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New York officials approved a clean energy standard on Monday that requires half of the state’s electricity to come from renewable sources by 2030.

The initiative, passed by the Public Service Commission, also includes a nuclear power incentive under which utilities will pay nearly $1 billion over two years to subsidize three of the state’s nuclear power plants.

{mosads}The plan’s supporters, including Gov. Andrew Cuomo (D), see the nuclear subsidies as a way to avoid new carbon pollution as the state works toward its goal of using 50 percent renewables like wind and solar.

“We could not possibly replace those nuclear units if they were to shut,” Public Service Commission Chairwoman Audrey Zibelman said at the Monday meeting, according to Reuters.

The plan puts New York on par with California among states with the highest renewable energy mandates.

“New York has taken bold action to become a national leader in the clean energy economy and is taking concrete, cost-effective steps today to safeguard this state’s environment for decades to come,” Cuomo said. “This Clean Energy Standard shows you can generate the power necessary for supporting the modern economy while combatting climate change.”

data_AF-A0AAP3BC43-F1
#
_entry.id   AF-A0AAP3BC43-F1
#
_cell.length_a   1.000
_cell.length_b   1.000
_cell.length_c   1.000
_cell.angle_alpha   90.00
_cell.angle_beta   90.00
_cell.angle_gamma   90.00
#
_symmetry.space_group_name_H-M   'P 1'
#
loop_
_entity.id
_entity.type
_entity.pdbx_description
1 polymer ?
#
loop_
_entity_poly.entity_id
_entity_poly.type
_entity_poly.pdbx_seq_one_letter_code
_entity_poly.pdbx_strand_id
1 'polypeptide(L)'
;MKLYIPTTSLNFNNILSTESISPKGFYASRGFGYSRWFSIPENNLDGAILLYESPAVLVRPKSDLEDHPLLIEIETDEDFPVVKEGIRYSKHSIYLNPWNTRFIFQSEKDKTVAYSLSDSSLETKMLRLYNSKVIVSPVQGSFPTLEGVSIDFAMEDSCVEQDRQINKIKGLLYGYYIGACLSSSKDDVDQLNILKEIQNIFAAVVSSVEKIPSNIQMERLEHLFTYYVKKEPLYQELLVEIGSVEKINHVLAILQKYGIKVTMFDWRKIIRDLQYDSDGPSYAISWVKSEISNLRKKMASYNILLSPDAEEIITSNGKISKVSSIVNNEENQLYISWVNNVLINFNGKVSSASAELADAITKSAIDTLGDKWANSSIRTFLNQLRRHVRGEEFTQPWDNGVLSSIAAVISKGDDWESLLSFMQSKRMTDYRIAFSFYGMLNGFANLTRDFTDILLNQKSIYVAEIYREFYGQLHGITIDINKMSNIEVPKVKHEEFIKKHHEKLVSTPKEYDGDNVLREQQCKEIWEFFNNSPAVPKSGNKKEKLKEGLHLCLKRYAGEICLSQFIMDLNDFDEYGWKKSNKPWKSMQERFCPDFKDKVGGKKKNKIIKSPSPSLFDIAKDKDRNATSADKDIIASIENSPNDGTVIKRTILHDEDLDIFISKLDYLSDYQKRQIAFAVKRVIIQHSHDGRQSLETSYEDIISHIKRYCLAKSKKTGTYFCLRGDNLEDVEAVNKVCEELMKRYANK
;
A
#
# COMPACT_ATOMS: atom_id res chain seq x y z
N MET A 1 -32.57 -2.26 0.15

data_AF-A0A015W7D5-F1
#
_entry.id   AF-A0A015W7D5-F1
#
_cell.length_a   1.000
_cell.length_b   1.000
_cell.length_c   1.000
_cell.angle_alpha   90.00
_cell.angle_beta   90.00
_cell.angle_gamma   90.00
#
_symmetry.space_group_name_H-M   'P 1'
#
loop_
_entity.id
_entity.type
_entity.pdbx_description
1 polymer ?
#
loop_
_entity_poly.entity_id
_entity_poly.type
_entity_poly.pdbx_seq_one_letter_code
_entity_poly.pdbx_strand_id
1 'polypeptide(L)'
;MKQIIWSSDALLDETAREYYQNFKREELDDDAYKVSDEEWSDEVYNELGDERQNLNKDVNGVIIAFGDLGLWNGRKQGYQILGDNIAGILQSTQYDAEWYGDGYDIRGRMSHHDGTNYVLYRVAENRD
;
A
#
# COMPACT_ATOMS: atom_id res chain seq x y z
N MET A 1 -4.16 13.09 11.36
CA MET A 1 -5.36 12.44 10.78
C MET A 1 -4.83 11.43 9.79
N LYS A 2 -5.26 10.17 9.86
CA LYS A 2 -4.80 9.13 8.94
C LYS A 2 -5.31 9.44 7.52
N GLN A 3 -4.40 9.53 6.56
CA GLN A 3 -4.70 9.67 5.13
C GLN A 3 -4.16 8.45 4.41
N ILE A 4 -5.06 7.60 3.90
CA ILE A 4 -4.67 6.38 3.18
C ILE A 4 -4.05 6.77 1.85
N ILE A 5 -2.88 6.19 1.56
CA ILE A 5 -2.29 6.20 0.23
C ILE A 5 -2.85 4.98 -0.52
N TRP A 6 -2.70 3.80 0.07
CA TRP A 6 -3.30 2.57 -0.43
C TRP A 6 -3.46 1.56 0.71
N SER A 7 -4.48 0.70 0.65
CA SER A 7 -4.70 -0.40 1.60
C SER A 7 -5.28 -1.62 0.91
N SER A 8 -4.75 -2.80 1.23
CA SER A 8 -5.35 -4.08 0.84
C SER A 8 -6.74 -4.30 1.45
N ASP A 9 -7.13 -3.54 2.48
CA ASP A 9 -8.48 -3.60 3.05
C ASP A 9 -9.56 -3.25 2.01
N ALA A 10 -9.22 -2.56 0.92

The nuclear industry strongly supported the measure.

Entergy Corp., owner of the James A. FitzPatrick nuclear power plant, said this year that it planned to shut down the facility. But Exelon Corp. expressed an interest in buying and operating it if the state passed its nuclear incentives.

The Robert Emmett Ginna nuclear power plant and the Nine Mile Point Nuclear Generating Station are also included in the program.

“New York’s visionary Clean Energy Standard blazes a vitally important public policy path,” Marvin Fertel, president of the Nuclear Energy Institute, said in a statement. “It establishes an important state policy precedent for efforts to achieve significant carbon reductions from all clean energy sources while maintaining a healthy economy.”

Tags Andrew Cuomo New York Nuclear power Renewable energy

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